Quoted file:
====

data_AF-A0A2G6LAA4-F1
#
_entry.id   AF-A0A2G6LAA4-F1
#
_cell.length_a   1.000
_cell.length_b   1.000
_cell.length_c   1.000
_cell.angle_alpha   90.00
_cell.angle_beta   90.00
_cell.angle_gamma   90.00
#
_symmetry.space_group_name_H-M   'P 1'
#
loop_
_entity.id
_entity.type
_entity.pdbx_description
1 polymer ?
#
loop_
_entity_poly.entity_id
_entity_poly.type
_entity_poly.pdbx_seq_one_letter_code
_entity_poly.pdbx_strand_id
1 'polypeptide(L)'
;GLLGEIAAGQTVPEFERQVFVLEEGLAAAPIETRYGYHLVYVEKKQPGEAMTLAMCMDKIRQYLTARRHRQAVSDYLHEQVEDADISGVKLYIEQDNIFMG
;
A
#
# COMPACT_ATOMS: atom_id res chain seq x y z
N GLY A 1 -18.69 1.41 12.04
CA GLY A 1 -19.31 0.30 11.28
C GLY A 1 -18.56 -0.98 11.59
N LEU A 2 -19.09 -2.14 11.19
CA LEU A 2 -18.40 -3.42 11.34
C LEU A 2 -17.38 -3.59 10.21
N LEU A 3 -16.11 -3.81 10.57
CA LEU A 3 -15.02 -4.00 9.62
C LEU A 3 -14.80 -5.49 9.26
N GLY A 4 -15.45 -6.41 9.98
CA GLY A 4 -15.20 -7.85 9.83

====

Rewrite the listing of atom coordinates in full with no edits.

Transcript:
data_AF-A0A2G6LAA4-F1
#
_entry.id   AF-A0A2G6LAA4-F1
#
_cell.length_a   1.000
_cell.length_b   1.000
_cell.length_c   1.000
_cell.angle_alpha   90.00
_cell.angle_beta   90.00
_cell.angle_gamma   90.00
#
_symmetry.space_group_name_H-M   'P 1'
#
loop_
_entity.id
_entity.type
_entity.pdbx_description
1 polymer ?
#
loop_
_entity_poly.entity_id
_entity_poly.type
_entity_poly.pdbx_seq_one_letter_code
_entity_poly.pdbx_strand_id
1 'polypeptide(L)'
;GLLGEIAAGQTVPEFERQVFVLEEGLAAAPIETRYGYHLVYVEKKQPGEAMTLAMCMDKIRQYLTARRHRQAVSDYLHEQVEDADISGVKLYIEQDNIFMG
;
A
#
# COMPACT_ATOMS: atom_id res chain seq x y z
N GLY A 1 -18.69 1.41 12.04
CA GLY A 1 -19.31 0.30 11.28
C GLY A 1 -18.56 -0.98 11.59
N LEU A 2 -19.09 -2.14 11.19
CA LEU A 2 -18.40 -3.42 11.34
C LEU A 2 -17.38 -3.59 10.21
N LEU A 3 -16.11 -3.81 10.57
CA LEU A 3 -15.02 -4.00 9.62
C LEU A 3 -14.80 -5.49 9.26
N GLY A 4 -15.45 -6.41 9.98
CA GLY A 4 -15.20 -7.85 9.83